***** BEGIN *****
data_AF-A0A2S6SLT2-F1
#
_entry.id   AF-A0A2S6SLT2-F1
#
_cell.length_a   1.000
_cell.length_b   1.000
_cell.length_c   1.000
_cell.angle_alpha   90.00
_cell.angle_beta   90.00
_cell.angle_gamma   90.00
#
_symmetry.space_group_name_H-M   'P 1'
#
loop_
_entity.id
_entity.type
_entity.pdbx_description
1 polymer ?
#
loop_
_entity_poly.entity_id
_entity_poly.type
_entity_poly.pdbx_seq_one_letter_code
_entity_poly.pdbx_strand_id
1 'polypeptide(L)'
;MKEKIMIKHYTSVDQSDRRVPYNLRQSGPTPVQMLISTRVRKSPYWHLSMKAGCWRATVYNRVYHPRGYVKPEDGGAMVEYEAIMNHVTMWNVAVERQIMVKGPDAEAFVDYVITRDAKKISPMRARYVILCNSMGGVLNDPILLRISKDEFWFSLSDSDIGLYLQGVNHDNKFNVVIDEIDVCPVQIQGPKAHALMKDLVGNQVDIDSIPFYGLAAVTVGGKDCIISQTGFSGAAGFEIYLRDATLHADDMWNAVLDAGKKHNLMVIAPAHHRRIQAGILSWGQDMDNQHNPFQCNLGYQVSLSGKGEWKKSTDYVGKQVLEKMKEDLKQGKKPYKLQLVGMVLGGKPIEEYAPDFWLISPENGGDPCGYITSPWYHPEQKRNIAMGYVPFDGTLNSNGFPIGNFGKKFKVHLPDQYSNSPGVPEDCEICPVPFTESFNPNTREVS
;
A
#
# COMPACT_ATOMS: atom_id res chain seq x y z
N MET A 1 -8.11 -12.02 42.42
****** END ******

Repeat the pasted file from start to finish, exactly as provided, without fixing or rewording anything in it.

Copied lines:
data_AF-A0A2S6SLT2-F1
#
_entry.id   AF-A0A2S6SLT2-F1
#
_cell.length_a   1.000
_cell.length_b   1.000
_cell.length_c   1.000
_cell.angle_alpha   90.00
_cell.angle_beta   90.00
_cell.angle_gamma   90.00
#
_symmetry.space_group_name_H-M   'P 1'
#
loop_
_entity.id
_entity.type
_entity.pdbx_description
1 polymer ?
#
loop_
_entity_poly.entity_id
_entity_poly.type
_entity_poly.pdbx_seq_one_letter_code
_entity_poly.pdbx_strand_id
1 'polypeptide(L)'
;MKEKIMIKHYTSVDQSDRRVPYNLRQSGPTPVQMLISTRVRKSPYWHLSMKAGCWRATVYNRVYHPRGYVKPEDGGAMVEYEAIMNHVTMWNVAVERQIMVKGPDAEAFVDYVITRDAKKISPMRARYVILCNSMGGVLNDPILLRISKDEFWFSLSDSDIGLYLQGVNHDNKFNVVIDEIDVCPVQIQGPKAHALMKDLVGNQVDIDSIPFYGLAAVTVGGKDCIISQTGFSGAAGFEIYLRDATLHADDMWNAVLDAGKKHNLMVIAPAHHRRIQAGILSWGQDMDNQHNPFQCNLGYQVSLSGKGEWKKSTDYVGKQVLEKMKEDLKQGKKPYKLQLVGMVLGGKPIEEYAPDFWLISPENGGDPCGYITSPWYHPEQKRNIAMGYVPFDGTLNSNGFPIGNFGKKFKVHLPDQYSNSPGVPEDCEICPVPFTESFNPNTREVS
;
A
#
# COMPACT_ATOMS: atom_id res chain seq x y z
N MET A 1 -8.11 -12.02 42.42